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Leonard Earl Johnson (photo credit Frank Parsley) covered Hurricanes Katrina and Rita (2005), and the 2010 British Petroleum oil spill in the Gulf of Mexico for ConsumerAffairs.com. He is a contributor to Gambit Weekly, New Orleans Magazine, SCAT, Baton Rouge Advocate, Advocate Magazine, The Times-Picayune, Country Roads Magazine, Palm Springs Newswire and the anthologies: FRENCH QUARTER FICTION (Light of New Orleans Publishing), LOUISIANA IN WORDS (Pelican Publishing), LIFE IN THE WAKE (NOLAfuges.com), and more. Johnson is a former Merchant Seaman, and columnist at Les Amis de Marigny, New Orleans; and African-American Village. Attended Southern Illinois University, Carbondale, and Harry Lundeberg School of Seamanship at Piney Point, Maryland. Winner of the Press Club of New Orleans Award for Excellence, 1991, and given the Key to The City and a Certificate of Appreciation from the New Orleans City Council for a Gambit Weekly story on murder in the French Quarter.

Friday, October 01, 2021

✍Home Again Home Again / October 2021

 


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Home Again Home Again

Wherever You Can

~ Fiction ~
Roman à clef, cher! 
by Leonard Earl Johnson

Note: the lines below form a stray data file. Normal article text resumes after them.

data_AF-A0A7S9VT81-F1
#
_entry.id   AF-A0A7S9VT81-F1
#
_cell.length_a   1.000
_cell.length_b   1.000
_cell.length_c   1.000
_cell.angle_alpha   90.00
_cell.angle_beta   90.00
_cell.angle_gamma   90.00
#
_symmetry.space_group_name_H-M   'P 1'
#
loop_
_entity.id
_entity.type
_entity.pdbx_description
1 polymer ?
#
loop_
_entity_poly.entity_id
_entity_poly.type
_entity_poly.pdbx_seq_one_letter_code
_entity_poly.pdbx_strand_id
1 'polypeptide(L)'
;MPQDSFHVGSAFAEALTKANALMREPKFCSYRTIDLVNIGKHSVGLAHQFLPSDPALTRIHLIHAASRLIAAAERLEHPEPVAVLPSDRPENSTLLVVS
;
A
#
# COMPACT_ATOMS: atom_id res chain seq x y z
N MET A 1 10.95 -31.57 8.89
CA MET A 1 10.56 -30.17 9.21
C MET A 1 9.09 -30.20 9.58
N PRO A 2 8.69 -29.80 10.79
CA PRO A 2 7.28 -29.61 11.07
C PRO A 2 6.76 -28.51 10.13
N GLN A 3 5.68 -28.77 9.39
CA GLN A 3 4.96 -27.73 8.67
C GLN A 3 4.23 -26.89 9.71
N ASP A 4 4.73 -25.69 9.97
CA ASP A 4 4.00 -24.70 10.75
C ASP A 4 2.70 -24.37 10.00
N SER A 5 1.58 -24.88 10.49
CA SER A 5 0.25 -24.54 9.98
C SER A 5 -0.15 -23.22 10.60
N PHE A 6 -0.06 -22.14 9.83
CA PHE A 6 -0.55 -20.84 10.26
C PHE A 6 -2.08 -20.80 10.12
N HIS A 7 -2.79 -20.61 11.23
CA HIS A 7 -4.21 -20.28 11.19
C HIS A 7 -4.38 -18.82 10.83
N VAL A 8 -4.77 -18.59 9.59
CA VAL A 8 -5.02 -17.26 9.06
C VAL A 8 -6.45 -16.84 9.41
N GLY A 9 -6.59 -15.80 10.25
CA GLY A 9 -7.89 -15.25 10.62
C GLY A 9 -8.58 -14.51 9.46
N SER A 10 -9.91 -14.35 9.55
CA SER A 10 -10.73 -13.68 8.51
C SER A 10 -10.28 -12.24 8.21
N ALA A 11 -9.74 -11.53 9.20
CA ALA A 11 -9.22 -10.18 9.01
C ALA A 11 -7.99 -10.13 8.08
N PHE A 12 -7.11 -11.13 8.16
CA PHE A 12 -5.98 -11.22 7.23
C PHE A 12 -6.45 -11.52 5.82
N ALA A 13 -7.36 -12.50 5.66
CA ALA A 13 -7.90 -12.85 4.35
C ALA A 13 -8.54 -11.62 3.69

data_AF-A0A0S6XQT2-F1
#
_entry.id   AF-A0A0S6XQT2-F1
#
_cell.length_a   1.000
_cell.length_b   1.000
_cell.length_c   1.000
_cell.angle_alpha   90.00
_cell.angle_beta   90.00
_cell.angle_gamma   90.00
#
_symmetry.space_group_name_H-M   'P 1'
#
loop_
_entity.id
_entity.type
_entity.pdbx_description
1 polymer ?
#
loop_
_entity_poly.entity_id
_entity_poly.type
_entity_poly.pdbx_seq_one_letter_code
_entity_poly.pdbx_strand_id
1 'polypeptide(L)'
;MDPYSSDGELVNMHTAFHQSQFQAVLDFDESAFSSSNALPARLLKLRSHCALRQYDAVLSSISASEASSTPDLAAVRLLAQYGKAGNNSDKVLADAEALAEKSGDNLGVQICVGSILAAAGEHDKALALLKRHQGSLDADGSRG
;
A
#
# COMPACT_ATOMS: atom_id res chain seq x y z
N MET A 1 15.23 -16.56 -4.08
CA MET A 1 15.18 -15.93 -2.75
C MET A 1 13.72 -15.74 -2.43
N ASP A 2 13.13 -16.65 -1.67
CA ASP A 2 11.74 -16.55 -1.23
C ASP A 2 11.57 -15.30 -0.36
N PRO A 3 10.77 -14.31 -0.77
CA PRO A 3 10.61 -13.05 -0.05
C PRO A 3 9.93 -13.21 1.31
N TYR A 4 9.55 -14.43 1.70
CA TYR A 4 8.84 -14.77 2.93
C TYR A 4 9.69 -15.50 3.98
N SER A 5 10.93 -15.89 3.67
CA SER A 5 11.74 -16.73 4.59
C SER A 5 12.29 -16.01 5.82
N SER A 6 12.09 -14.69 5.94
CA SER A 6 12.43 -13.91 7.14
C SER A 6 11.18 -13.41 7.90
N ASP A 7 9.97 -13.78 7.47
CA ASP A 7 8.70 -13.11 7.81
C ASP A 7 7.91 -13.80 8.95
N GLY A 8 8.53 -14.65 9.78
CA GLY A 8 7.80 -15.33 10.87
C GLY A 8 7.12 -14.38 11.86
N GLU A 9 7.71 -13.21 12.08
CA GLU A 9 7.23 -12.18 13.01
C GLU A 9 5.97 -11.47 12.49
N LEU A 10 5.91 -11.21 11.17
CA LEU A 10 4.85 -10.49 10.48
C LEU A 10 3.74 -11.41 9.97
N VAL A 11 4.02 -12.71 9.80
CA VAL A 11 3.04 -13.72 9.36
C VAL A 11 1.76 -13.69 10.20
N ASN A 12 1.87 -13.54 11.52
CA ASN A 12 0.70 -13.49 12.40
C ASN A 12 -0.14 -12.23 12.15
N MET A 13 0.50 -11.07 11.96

© 2021, Leonard Earl Johnson, All Rights Reserved 


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L. A. Norma and sat at tables outside Carpe Diem Gelato, on Jefferson Street.  COVID, for all it has taken away, has given a shot in the arm to Lafayette's sidewalk café society. 

Across the street sits the Hub City's second-built City Hall.  Built in 1939 by FDR's New Deal Works Project Authority.  The WPA was a Depression era agency that left helpful Federal thumbprints all over Louisiana ~ though its name is unspoken by today's revisionist politicians.  

City Hall moved not too far away to its third location, a former Sears big box store with lovely murals on University Avenue.  Sears followed the shopping malls out to the countryside, and then out of business.

Jefferson Street City Hall today houses the Downtown Development Authority.  Outside are benches and a table welcoming virus savvy Cajuns.  It was here on this modest green space where once stood the honored, now shamed statue of the son of Lafayette's founding first

 family, Confederate General Alfred Mouton.  Full name, Jean-Jacques-Alfred-Alexandre Mouton.  The triangular park points up Rue Lee to more cafés, music clubs, and the First Baptist Church of Lafayette.  Newer by a hundred years, but large as the nearby Catholic Cathedral of Saint John the Evangelist.